These exhibits quite clearly show that Arthur paid the entire purchase price of the land identified as group Cthe Myers land. They were identified and regularly offered and received in evidence. Plaintiffs were given every opportunity to give them some other explanation but none was offered and we conclude that though they are named with Arthur as grantees in the Myers deed, plaintiffs have no real beneficial interest in the sixty acres of group C.

IV. The status of the group B land is less clear. True, the Record quite clearly shows groups B and C constituted a separate and distinct farm from group A, with separate buildings and under separate management. And it is also true Arthur took control of group B from the first and during his father's life. When he and defendant Gertrude married in 1924 it became their home and she still remains in possession of groups B and C.

But the situation as to the two groups (B and C) was not the same. It quite clearly appears Arthur paid for group C and his brothers contributed nothing. But there is no showing his father and Arthur had not each paid his share of the purchase price of group B. And Arthur's subsequent exercise of complete management was not inconsistent with the father's part ownership, nor with plaintiffs' claim through their father.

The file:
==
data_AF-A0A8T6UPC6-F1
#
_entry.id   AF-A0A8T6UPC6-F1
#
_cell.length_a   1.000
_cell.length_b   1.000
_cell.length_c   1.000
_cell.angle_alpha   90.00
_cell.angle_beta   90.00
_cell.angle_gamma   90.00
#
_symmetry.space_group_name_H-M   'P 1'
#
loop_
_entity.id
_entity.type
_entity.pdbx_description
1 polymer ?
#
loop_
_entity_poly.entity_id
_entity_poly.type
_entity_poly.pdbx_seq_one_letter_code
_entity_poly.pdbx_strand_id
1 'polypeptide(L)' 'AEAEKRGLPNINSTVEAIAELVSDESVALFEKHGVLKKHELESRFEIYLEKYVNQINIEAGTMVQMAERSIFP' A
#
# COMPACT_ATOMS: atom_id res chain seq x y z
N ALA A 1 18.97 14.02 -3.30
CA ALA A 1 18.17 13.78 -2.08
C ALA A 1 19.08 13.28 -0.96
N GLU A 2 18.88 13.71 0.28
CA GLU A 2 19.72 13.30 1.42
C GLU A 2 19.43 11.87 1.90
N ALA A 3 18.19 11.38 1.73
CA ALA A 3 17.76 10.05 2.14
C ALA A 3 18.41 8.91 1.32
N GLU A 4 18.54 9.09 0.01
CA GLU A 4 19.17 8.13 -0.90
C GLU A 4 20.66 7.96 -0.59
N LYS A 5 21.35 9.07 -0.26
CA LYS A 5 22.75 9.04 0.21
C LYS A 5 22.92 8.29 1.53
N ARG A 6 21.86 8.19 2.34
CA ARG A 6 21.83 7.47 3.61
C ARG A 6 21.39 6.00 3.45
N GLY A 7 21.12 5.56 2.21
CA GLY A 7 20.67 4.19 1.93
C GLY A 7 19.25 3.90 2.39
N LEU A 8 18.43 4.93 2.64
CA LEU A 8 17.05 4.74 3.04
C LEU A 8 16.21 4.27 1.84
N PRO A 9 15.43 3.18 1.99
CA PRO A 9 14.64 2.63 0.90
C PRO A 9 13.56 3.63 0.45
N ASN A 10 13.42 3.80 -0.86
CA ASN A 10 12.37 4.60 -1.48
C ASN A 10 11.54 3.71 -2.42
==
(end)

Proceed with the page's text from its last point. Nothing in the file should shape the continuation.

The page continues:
The controversial exhibits (L to S, inclusive, and A-5 to A-10, inclusive) show some substantial payments by Arthur to some members of the family over the years and some substantial bank loans to him for some purpose. But is there evidence to identify those payments and loans with a plan to purchase the father's interest in group B?

The entire purchase price of that land from the Puders in 1904 is shown by the deed to have been $9,450, presumably paid in equal shares by the two grantees. There was no mortgage back. Among these exhibits we find no pattern of payment linking any of them with the group B transaction at least in absence of evidence of a contract between father and son, or of some indebtedness of one to the other growing out of the purchase. The father's part-ownership of tract B was not merely nominal or necessarily temporary. Certainly there is nothing from which a contract by Arthur to purchase or by his father's widow and heirs to sell could be inferred.

V. The importance of the unilateral agreement (referred to in division I hereof) to defendant-appellee's case as concerns the group B land is apparent. She had the burden of proving her husband's ownership of the half interest in group B standing in his father's name. It required proof of payment of an amount based on a contract express or implied. That proof was vital.

She attempted to mend her hold by a belated (April 16, 1956) "Motion to Correct Printed Record" embodying some evidence from a case, subsequently tried, in which the administrator, Borough (defendant here) unsuccessfully sought to recover alleged indebtedness due Louisa Richardson's estate from Arthur's.